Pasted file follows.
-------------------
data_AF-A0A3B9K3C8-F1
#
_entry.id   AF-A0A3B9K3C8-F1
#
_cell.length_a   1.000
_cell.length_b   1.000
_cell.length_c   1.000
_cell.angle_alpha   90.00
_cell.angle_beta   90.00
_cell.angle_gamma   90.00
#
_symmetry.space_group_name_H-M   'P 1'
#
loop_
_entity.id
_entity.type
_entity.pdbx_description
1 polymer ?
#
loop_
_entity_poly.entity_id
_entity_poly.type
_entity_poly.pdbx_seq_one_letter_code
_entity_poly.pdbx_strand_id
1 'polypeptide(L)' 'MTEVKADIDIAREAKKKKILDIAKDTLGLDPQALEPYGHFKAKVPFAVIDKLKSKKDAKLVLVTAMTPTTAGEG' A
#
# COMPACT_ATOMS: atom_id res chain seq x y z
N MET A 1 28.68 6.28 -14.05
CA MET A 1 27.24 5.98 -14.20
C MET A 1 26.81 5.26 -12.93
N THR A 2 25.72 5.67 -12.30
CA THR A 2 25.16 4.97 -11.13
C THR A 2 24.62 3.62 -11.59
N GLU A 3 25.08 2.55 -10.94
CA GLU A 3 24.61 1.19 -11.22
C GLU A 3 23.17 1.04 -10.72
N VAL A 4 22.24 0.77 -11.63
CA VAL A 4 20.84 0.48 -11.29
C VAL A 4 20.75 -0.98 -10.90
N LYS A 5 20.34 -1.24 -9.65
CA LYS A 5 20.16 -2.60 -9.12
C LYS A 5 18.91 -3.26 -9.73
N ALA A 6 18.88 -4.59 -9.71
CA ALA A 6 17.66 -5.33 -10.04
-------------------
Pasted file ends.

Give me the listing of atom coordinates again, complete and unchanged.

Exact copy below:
data_AF-A0A3B9K3C8-F1
#
_entry.id   AF-A0A3B9K3C8-F1
#
_cell.length_a   1.000
_cell.length_b   1.000
_cell.length_c   1.000
_cell.angle_alpha   90.00
_cell.angle_beta   90.00
_cell.angle_gamma   90.00
#
_symmetry.space_group_name_H-M   'P 1'
#
loop_
_entity.id
_entity.type
_entity.pdbx_description
1 polymer ?
#
loop_
_entity_poly.entity_id
_entity_poly.type
_entity_poly.pdbx_seq_one_letter_code
_entity_poly.pdbx_strand_id
1 'polypeptide(L)' 'MTEVKADIDIAREAKKKKILDIAKDTLGLDPQALEPYGHFKAKVPFAVIDKLKSKKDAKLVLVTAMTPTTAGEG' A
#
# COMPACT_ATOMS: atom_id res chain seq x y z
N MET A 1 28.68 6.28 -14.05
CA MET A 1 27.24 5.98 -14.20
C MET A 1 26.81 5.26 -12.93
N THR A 2 25.72 5.67 -12.30
CA THR A 2 25.16 4.97 -11.13
C THR A 2 24.62 3.62 -11.59
N GLU A 3 25.08 2.55 -10.94
CA GLU A 3 24.61 1.19 -11.22
C GLU A 3 23.17 1.04 -10.72
N VAL A 4 22.24 0.77 -11.63
CA VAL A 4 20.84 0.48 -11.29
C VAL A 4 20.75 -0.98 -10.90
N LYS A 5 20.34 -1.24 -9.65
CA LYS A 5 20.16 -2.60 -9.12
C LYS A 5 18.91 -3.26 -9.73
N ALA A 6 18.88 -4.59 -9.71
CA ALA A 6 17.66 -5.33 -10.04